rhizomes.03 fall 2001

Practicing What They Teach
Reviews by Carol Siegel

Joanna Frueh. Monster / Beauty: Building the Body of Love. Berkeley and Los Angeles: University of California Press, 2001. pp xi-339. ISBN 0-520-22114-1.

Ladelle McWhorter. Bodies and Pleasures: Foucault and the Politics of Sexual Normalization. Bloomington and Indianapolis: Indiana University Press, 1999. pp vii-260. ISBN 0-253-21325-8.

[1] Once upon a time the life of the mind was supposed to be sweet, deviant fun. It was the defiant alternative to "being come to sense" and so electing to "fumble in a greasy till." It was the choice of those who could not endure that "Getting and spending: we lay waste our powers," and preferred to spend their days and nights "getting as many pulsations as possible into the given time." Many of us still teach the texts from Yeats, Wordsworth, and Pater containing these passages, but when one looks at the solemn, joyless business that now dominates most of academe, it is hard to maintain that these texts are still, as we used to say in the 60's, relevant to our lives.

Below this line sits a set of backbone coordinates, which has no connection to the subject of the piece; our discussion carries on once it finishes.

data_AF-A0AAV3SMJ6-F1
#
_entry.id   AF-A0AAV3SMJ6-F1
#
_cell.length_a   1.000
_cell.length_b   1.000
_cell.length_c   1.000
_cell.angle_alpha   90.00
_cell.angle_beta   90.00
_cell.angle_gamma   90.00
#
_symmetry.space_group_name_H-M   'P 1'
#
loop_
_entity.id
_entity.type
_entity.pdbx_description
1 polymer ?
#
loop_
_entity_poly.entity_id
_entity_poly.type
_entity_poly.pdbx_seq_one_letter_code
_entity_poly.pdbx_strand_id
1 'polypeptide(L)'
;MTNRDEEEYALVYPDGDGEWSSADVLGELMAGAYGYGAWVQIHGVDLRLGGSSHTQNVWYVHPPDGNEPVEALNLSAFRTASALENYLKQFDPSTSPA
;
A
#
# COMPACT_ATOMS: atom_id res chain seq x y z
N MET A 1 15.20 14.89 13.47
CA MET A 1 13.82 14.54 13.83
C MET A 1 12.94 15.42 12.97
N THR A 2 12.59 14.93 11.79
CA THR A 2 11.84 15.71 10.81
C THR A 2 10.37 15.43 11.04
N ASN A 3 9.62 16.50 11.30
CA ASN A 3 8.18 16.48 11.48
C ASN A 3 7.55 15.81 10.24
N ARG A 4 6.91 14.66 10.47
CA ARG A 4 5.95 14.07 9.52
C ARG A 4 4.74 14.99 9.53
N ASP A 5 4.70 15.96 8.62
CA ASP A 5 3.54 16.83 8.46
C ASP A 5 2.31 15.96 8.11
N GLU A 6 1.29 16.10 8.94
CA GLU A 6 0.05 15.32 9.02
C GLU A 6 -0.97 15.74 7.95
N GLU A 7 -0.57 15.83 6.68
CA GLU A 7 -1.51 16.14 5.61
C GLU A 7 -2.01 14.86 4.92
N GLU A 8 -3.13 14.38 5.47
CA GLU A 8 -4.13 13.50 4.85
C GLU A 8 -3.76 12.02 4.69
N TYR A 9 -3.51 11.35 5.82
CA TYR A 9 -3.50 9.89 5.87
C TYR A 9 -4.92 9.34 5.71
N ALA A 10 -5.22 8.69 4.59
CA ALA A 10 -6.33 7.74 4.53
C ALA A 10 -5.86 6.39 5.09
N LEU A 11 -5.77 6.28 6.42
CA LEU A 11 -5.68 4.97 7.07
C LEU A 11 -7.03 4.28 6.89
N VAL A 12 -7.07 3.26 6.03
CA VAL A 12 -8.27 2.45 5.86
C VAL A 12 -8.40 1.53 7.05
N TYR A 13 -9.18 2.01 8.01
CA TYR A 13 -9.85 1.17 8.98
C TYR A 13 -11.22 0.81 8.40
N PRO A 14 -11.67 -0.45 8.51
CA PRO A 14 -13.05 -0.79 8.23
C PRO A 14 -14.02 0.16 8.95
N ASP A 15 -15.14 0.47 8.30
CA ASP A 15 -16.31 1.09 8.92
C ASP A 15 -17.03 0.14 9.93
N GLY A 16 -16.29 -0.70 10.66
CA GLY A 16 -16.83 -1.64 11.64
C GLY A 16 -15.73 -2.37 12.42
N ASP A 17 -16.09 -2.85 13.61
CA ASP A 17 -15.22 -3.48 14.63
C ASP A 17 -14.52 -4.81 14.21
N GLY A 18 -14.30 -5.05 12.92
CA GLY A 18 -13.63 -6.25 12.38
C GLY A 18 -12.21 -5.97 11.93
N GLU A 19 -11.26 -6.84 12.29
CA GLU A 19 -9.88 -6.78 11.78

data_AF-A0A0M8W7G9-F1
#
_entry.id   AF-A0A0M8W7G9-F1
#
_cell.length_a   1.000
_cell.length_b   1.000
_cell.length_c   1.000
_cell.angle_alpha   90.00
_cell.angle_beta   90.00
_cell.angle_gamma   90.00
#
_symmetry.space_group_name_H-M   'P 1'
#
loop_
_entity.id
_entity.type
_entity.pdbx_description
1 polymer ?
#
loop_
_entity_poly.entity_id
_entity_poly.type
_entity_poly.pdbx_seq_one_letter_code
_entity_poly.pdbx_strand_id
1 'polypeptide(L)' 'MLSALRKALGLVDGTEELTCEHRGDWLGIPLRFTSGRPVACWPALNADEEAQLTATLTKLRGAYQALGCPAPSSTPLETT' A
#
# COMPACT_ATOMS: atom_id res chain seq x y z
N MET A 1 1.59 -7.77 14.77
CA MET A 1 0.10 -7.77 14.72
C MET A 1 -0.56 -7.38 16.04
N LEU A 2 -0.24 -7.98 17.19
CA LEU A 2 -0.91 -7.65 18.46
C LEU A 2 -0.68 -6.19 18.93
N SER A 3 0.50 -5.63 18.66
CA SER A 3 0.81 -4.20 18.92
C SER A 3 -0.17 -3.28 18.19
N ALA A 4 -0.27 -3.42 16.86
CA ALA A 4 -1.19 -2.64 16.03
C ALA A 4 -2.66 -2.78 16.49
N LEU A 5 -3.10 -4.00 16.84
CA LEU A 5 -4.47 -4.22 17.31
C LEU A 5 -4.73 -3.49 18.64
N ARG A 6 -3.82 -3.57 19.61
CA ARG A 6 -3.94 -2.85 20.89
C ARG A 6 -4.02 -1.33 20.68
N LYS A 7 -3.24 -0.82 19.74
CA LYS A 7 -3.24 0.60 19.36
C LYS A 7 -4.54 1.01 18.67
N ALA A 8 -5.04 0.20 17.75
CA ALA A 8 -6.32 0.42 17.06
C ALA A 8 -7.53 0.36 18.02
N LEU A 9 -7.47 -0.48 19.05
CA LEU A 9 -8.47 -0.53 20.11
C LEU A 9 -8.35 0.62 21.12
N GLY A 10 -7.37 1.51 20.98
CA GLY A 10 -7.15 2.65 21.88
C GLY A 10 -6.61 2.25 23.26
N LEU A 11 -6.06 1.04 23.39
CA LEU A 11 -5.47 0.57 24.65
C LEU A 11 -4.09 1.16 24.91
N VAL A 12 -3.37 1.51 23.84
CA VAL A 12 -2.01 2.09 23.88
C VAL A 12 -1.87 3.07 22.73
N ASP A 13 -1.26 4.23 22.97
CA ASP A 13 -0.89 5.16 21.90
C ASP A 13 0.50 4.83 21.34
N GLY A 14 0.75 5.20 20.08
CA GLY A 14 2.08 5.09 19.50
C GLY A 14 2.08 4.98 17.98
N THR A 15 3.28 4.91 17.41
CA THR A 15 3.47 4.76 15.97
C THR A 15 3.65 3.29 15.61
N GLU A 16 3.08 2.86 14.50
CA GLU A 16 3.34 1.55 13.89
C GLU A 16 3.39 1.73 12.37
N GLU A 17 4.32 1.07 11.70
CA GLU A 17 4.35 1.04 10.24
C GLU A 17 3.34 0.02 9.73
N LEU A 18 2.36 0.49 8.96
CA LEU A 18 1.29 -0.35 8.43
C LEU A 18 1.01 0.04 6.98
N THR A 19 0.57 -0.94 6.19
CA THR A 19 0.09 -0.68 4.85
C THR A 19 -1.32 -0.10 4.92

[2] Americans inhabit a divisive culture, one of whose greatest divides has traditionally been between those who choose to invest in creating a more secure financial future and those who choose to spend their time and money on pleasurable experiences. Historically, few have been affluent enough to achieve a satisfactory degree of both. The current shrinking of the middle class and increasing national opposition to support for fine arts and education, at least in the form of paying professional-level salaries to the people who make the art and those who teach in the Humanities, has pushed many such intellectuals to live prudently bourgeois lives. This is most noticeably manifested in the tendency of the majority of academics to prioritize property ownership above more directly pleasurable aspects of life, including our traditional indulgence in books and the visual arts. And for evidence that this is so, one need look no further than the current practice of academic search committees who arrange for meetings between prospective hires and local realtors as a matter of course, but rarely even suggest showing the job seeker local libraries, museums, galleries, or theaters. Is it any wonder then that the so-called theory revolution has so far resulted mainly in a lot of abstract talk and very little revolutionary change in theorist's daily practices? Or that Foucault, who frequently tried to remind us that "one is not radical because one pronounces a few words; no, the essence of being radical is physical," is remembered primarily as a theorist of discourse, which is conceived by many as if it had no concrete, real world sources? No, but help for the would-be radical academic is here in the form of two autobiographical, philosophical guides to transforming one's life through pleasure.